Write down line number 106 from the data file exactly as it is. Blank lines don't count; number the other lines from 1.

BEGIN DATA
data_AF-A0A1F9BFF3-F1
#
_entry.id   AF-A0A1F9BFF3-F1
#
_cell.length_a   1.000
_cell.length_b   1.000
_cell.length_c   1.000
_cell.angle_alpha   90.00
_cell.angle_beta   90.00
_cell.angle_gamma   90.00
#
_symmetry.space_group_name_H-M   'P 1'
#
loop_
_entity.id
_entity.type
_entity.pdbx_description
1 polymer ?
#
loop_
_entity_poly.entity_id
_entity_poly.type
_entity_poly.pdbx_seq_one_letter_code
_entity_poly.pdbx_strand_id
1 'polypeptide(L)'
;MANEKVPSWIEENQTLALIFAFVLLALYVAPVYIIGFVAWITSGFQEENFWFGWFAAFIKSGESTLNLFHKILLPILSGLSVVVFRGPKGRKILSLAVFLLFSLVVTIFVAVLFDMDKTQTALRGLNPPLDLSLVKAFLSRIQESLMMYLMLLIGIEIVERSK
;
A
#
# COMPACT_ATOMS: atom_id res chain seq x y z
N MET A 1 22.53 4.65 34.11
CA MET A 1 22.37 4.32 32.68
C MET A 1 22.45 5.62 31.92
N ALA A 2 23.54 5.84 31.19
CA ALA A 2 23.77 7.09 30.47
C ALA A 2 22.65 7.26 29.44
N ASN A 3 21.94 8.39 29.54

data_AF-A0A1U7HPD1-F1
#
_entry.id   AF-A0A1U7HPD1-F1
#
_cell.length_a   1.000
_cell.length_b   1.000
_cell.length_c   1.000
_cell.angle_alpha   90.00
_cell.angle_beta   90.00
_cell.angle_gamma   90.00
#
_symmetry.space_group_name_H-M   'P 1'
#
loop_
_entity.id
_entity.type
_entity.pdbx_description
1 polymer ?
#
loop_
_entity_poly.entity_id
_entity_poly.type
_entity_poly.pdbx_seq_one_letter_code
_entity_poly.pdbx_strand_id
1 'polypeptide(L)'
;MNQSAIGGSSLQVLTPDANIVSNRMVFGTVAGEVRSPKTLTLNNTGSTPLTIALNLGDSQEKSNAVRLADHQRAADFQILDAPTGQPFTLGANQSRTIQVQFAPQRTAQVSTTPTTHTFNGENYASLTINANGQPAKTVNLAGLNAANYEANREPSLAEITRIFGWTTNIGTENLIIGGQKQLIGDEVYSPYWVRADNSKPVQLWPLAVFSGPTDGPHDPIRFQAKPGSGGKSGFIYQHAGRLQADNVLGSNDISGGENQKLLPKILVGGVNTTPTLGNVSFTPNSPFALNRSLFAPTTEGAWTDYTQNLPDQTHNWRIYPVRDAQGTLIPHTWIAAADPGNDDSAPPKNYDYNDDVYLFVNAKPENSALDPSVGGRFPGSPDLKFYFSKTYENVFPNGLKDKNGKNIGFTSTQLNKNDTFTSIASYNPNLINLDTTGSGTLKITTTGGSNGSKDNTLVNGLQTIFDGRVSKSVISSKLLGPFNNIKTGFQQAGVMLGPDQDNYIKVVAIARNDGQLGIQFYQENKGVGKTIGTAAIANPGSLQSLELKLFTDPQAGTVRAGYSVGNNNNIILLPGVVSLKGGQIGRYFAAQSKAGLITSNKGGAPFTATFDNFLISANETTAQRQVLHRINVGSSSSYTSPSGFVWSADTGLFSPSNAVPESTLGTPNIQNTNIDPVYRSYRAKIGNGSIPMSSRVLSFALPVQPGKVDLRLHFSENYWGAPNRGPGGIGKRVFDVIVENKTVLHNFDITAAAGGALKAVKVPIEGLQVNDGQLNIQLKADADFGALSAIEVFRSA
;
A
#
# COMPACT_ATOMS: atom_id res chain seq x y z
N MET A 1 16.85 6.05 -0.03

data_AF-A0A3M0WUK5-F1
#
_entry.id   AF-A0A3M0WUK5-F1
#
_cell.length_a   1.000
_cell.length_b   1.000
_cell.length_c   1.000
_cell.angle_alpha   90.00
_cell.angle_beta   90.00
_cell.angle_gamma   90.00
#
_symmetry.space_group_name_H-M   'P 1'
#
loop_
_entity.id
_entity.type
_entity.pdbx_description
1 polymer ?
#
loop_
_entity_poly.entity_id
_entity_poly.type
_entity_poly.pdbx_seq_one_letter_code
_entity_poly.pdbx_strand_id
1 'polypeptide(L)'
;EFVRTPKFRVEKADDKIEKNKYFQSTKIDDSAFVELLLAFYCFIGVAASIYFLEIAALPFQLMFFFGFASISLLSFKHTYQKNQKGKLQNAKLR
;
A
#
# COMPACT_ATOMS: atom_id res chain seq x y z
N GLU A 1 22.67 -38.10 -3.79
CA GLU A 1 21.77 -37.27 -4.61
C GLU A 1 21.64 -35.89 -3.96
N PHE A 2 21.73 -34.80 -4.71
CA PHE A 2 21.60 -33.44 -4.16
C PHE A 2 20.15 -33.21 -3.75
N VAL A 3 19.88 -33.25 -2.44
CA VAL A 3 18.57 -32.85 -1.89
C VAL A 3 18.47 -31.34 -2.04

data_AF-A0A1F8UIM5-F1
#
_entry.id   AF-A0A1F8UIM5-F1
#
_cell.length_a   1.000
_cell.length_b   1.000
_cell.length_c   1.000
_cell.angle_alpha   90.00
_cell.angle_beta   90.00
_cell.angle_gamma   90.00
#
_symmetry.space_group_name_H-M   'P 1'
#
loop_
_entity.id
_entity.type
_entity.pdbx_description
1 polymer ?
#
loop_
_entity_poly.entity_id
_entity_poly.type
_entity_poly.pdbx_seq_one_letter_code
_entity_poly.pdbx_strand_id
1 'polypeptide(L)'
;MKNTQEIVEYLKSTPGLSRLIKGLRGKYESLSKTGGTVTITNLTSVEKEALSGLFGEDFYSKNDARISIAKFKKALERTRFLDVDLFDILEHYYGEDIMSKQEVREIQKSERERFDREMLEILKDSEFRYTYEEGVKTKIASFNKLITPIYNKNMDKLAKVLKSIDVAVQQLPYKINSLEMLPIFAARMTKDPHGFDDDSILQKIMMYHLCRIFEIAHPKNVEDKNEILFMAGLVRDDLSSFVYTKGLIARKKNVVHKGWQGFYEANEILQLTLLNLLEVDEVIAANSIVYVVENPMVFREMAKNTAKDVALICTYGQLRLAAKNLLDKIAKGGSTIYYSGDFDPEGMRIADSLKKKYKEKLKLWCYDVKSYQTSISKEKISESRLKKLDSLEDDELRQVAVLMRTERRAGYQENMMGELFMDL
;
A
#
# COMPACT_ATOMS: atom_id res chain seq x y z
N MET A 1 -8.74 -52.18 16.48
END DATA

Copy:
CA VAL A 3 18.57 -32.85 -1.89